Jane Grogan.  Exemplary Spenser: Visual and Poetic Pedagogy in The Faerie Queene. Farnham, Surrey: Ashgate, 2009. 217pp. ISBN 978 0 7546 6698 1.

Nadya Chishty Mujahid
The American University in Cairo

Nadya Chishty Mujahid. “Review of Jane Grogan, Exemplary Spenser: Visual and Poetic Pedagogy in The Faerie Queene." Early Modern Literary Studies 15.2 (2010-11): 7.1-7 <URL: http://purl.oclc.org/emls/15-2/revgroga.htm>


“I see nobody on the road,” said Alice.

 “I only wish I had such eyes”, the King remarked in a fretful tone. “To be able to see Nobody!”

                                                            (Lewis Carroll, Through the Looking Glass)

  1. Although this is not immediately apparent even to more careful readers, Jane Grogan’s text does not put forward a single all-encompassing thesis, so much as a set of related, yet ultimately distinct, sub-theses that collectively contribute towards furthering Spenserian scholarship from the perspective of the critical domain of ekphrasis-related heuristics. Ironically, the most useful way in which one can begin to assess Grogan’s well-organized and carefully documented text involves working one’s way backwards from her conclusions in Chapter 4. Titled “Making a Virtue of Courtesy,” this section of her book posits that, in shaping the virtue of courtesy within the overarching didactic framework of The Faerie Queene, Edmund Spenser necessarily needs to compromise the didactic and pedagogic strategies that he has developed over the course of his earlier books (specifically the first three, which deal with holiness, temperance, and chastity respectively). The complex, at times almost convoluted, scholarly messages of Grogan’s text derive much support from the final chapter’s confident deliberations as they implicitly underscore how the “romance genre of Book VI itself poses a challenge to Spenser’s didactic poetics” (157). Thus Grogan’s book, taken in its entirety, forcefully contrasts the authoritative (and undeniably reformative) didactic poetics of the 1590 edition with the representations of virtue encapsulated in the sixth book.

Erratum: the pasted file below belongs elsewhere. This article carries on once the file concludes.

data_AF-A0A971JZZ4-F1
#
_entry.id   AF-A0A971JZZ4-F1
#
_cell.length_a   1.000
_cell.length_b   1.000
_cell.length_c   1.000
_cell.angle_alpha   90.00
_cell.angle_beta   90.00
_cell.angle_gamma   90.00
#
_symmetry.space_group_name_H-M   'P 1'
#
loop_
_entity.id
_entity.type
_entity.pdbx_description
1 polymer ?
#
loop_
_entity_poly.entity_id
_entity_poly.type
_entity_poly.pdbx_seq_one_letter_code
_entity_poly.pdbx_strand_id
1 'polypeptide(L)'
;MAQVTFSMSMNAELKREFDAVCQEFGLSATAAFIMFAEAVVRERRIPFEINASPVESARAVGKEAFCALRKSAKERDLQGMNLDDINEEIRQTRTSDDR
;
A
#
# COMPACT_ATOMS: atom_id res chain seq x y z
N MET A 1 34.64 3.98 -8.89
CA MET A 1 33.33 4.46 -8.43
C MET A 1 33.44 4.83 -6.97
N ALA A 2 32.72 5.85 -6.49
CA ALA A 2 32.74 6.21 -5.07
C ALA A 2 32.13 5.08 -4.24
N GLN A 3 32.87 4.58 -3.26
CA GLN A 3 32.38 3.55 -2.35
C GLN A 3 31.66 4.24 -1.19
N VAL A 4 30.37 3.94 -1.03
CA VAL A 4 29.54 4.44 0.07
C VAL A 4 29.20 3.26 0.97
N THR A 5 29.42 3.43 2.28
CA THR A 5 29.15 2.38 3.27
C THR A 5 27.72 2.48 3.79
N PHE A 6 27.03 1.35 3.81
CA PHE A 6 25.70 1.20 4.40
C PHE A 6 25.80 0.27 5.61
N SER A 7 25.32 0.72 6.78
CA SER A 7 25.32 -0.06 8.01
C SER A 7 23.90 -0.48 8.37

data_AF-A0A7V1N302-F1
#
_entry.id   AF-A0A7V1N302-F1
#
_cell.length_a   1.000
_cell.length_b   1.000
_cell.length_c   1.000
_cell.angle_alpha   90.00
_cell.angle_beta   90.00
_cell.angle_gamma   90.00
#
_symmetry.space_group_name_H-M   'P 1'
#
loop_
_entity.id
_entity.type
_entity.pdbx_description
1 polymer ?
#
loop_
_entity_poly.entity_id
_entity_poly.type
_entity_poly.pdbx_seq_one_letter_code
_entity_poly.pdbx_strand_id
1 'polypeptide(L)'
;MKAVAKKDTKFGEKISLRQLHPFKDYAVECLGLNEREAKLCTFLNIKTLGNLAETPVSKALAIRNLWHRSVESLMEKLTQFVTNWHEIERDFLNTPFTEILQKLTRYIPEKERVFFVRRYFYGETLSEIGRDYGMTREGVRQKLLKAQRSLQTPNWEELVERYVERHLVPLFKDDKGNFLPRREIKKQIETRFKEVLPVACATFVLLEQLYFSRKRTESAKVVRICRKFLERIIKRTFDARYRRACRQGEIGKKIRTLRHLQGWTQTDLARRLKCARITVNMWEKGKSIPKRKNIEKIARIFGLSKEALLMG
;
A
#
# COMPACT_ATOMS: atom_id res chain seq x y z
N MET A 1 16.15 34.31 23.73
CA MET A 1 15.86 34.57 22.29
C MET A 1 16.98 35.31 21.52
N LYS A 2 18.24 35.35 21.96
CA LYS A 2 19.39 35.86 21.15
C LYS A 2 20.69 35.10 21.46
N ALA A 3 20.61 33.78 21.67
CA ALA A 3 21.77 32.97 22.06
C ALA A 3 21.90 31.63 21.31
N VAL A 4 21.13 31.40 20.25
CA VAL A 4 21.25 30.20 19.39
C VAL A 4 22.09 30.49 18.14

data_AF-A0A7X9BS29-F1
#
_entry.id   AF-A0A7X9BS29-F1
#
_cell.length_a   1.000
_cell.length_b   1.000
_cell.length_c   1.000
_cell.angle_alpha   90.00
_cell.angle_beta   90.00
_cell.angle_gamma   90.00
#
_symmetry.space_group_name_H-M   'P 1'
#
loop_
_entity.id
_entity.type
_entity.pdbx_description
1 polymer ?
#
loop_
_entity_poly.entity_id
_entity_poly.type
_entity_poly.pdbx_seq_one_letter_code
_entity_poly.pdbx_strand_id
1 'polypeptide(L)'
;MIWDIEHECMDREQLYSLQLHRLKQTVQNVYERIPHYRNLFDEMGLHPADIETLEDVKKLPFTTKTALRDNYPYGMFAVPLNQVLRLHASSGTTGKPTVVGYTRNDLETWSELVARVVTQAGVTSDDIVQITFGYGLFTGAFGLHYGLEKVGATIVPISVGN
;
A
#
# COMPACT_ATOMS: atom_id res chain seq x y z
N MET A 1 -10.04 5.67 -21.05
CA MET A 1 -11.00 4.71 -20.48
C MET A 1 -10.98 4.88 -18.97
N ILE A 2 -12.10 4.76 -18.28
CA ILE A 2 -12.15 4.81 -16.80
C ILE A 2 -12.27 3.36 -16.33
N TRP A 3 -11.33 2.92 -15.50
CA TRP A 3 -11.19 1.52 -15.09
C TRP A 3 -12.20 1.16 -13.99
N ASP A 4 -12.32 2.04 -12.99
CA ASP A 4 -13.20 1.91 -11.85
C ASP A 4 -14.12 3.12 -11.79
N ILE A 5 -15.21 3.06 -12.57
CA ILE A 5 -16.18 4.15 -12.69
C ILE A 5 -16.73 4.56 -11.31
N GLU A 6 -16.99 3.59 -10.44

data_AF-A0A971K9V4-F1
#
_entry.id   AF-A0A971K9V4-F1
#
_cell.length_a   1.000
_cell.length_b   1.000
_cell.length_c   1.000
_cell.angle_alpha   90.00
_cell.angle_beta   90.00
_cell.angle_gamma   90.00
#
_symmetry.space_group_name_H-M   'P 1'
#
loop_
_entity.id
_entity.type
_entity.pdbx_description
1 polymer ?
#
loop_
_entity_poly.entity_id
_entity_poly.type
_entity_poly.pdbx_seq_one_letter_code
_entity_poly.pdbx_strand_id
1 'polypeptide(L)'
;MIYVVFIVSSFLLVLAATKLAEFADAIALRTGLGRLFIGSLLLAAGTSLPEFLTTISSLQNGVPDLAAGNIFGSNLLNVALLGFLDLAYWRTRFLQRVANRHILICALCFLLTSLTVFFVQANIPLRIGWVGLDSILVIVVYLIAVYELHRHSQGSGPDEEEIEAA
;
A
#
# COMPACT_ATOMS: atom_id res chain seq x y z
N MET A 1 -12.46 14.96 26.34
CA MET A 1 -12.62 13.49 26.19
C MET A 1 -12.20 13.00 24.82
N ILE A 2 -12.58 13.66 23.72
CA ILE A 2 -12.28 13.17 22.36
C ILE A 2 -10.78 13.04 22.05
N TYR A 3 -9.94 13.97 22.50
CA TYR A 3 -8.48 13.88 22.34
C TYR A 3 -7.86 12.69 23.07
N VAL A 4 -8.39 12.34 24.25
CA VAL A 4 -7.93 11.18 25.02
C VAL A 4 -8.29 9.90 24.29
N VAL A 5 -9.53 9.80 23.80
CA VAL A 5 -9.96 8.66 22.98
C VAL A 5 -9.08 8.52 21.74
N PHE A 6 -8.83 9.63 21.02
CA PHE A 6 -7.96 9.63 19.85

2. Grogan’s introductory agendum—expounded and clarified in both her introduction, provocatively titled “Misreading Spenser,” as well as in Chapter 1—wisely avoids the trap of becoming a series of fashionable, but ultimately meaningless, new-historicist capers. Instead the author gives a strong and solid performance on the “balance-beam” of the “Letter to Ralegh”; underscoring the special role of Xenophon’s Cyropaedia in fulfilling Spenser’s initial didactic aims. This approach is relatively novel from the perspective of Spenser studies, and Grogan’s performance on the aforementioned balance-beam pleasingly combines interpretative exercise with historical accuracy. Her elegant “dismount” draws upon Ricoeurian theory in order to illustrate how both “Spenser and [Paul] Ricoeur accept a commitment to transformed futures in the act of reading” (66). Grogan views the association between Spenserian didacticism and reader reception as inherently dynamic, and repeatedly (but usefully) draws one’s attention to how this dynamism helps to foster the development of both moral character and reader-responsibility.